Nancy Grace: 'Nothing Wrong' With How Police Interrogated Brendan Dassey In 'Making A Murderer'

A judge overturned Dassey’s conviction on Friday, saying his pivotal 2006 confession had been made involuntarily.

Arguing that there was “nothing wrong” with the controversial police interrogation that led to his imprisonment, HLN host Nancy Grace said this week that she’s unhappy with a judge who overturned the conviction of Brendan Dassey, a young man featured in the Netflix documentary series “Making A Murderer.”

“Tell me what is was wrong with that interrogation,” Grace said on her eponymous show Monday night. “Because I saw nothing was wrong with it.”

The federal judge in question, William Duffin of the Eastern District of Wisconsin, had a different view of the interrogation, which took place in 2006, when Dassey was a teenager.

In that interview, Dassey was being questioned about the slaying of Teresa Halbach, a photographer. After an excruciating, four-hour interrogation without a parent or a lawyer present ― a session that critics say involved flawed police tactics with investigators posing leading questions ― Dassey told detectives that he had raped and brutalized Halbach. Dassey later recanted his confession, but his conviction largely hinged on that admission.

Last week, Duffin overturned Dassey’s conviction, ruling that it had been made involuntarily.

Grace expressed disbelief about this on Monday, but her guest, attorney David Bruno, wasn’t having it.

“I hate to break it to you... but this is not a new rule of law,” Bruno said. “Statements have to be voluntary.”

“What’s changed here is that we now get to see videos of how police conduct themselves in providing Miranda [rights], and various other promises and pressures, when they have defendants in custody,” he went on.

Grace, seemingly incredulous, pressed Bruno, asking again what had been wrong with the cops’ interrogation of Dassey. She also said that Dassey wasn’t “mentally ill” and that his IQ is in the “average range.”

Bruno replied that issue of whether a statement was given voluntarily or not goes far beyond those factors.

“It’s the overall, the totality of the circumstances,” Bruno said. “It’s the age, it’s the intellect, it is the promises.”

Dassey, who is now 26, was sentenced to life without parole in 2007 on homicide and sexual assault charges. Dassey is the nephew of Steven Avery, the Wisconsin man at the center of the Netflix series. Avery was wrongfully convicted of sexual assault in 1985 and eventually exonerated — only to be convicted of Halbach’s murder years later under circumstances that critics have maintained are suspicious.

During the time of the police interrogation in question, Dassey was 16 years old. According to court records, he had an IQ of somewhere between 69 and 73; an IQ of 70 is often considered the threshold for intellectual disability.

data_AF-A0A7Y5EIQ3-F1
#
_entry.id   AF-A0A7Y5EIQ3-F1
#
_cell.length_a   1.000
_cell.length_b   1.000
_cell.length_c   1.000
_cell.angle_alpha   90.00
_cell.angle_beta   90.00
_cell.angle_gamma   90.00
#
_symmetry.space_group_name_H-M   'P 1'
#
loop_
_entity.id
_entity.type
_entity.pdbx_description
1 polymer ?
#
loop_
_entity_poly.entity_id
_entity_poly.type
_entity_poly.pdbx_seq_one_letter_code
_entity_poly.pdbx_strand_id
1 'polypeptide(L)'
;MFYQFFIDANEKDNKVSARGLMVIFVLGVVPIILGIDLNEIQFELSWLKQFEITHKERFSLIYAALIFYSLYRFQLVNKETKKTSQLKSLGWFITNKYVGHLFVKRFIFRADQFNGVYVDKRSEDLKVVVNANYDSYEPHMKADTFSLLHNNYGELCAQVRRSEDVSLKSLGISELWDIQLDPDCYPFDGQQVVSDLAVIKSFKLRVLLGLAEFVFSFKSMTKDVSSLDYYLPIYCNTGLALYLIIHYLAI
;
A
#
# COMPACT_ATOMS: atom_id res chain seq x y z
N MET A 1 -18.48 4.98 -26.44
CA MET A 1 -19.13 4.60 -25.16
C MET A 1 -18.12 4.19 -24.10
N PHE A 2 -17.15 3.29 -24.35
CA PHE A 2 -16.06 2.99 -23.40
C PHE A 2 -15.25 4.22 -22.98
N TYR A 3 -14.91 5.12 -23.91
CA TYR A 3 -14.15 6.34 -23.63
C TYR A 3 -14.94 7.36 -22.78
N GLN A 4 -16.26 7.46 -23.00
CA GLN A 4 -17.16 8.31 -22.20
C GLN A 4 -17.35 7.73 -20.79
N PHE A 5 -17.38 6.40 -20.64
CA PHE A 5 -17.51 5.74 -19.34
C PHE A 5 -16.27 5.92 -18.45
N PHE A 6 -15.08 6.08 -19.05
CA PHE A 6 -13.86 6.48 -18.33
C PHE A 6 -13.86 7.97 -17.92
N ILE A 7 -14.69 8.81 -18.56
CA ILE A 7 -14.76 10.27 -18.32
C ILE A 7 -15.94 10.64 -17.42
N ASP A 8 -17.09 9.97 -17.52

Dassey made a confession during that interrogation, but research has shown that teens are extremely susceptible to admitting to crimes they didn’t commit. A 2003 study found that teenagers were far more likely than young adults to falsely confess. And in an analysis of hundreds of cases going back to 1989, false confessions were found to be one of the leading causes of wrongful conviction, according to the Innocence Project, a nonprofit legal clinic. Overall, about 31 percent of wrongful conviction cases examined by the Innocence Project included a false confession. Among homicide cases, that number ballooned to 63 percent.

In his petition for release, Dassey argued, among other things, that his confession had been coerced by law enforcement and that investigators had made him false promises. In his ruling Friday, Duffin agreed, saying that Dassey’s confession to the cops was “clearly involuntary in a constitutional sense.” He also offered a harsh indictment of Wisconsin’s criminal justice system, calling Dassey’s case an instance of “extreme malfunction.”

“The investigators’ collective statements throughout the interrogation clearly led Dassey to believe that he would not be punished for telling them the incriminating details they professed to already know,” Duffin wrote in his ruling. He pointed out that an investigator, at one point, told Dassey “we can’t make any promises.” But, Duffin said, this was only a lone remark that got “drowned out by the host of assurances that they already knew what happened and that Dassey had nothing to worry about.”

Duffin also cited the totality of the circumstances in the case as the relevant factor that led to his ruling.

“Especially when the investigators’ promises, assurances, and threats of negative consequences are assessed in conjunction with Dassey’s age, intellectual deficits, lack of experience in dealing with the police, the absence of a parent, and other relevant personal characteristics, the free will of a reasonable person in Dassey’s position would have been overborne,” Duffin wrote. “Once considered in this proper light, the conclusion that Dassey’s statement was involuntary under the totality of the circumstances is not one about which ‘fairminded jurists could disagree.’”

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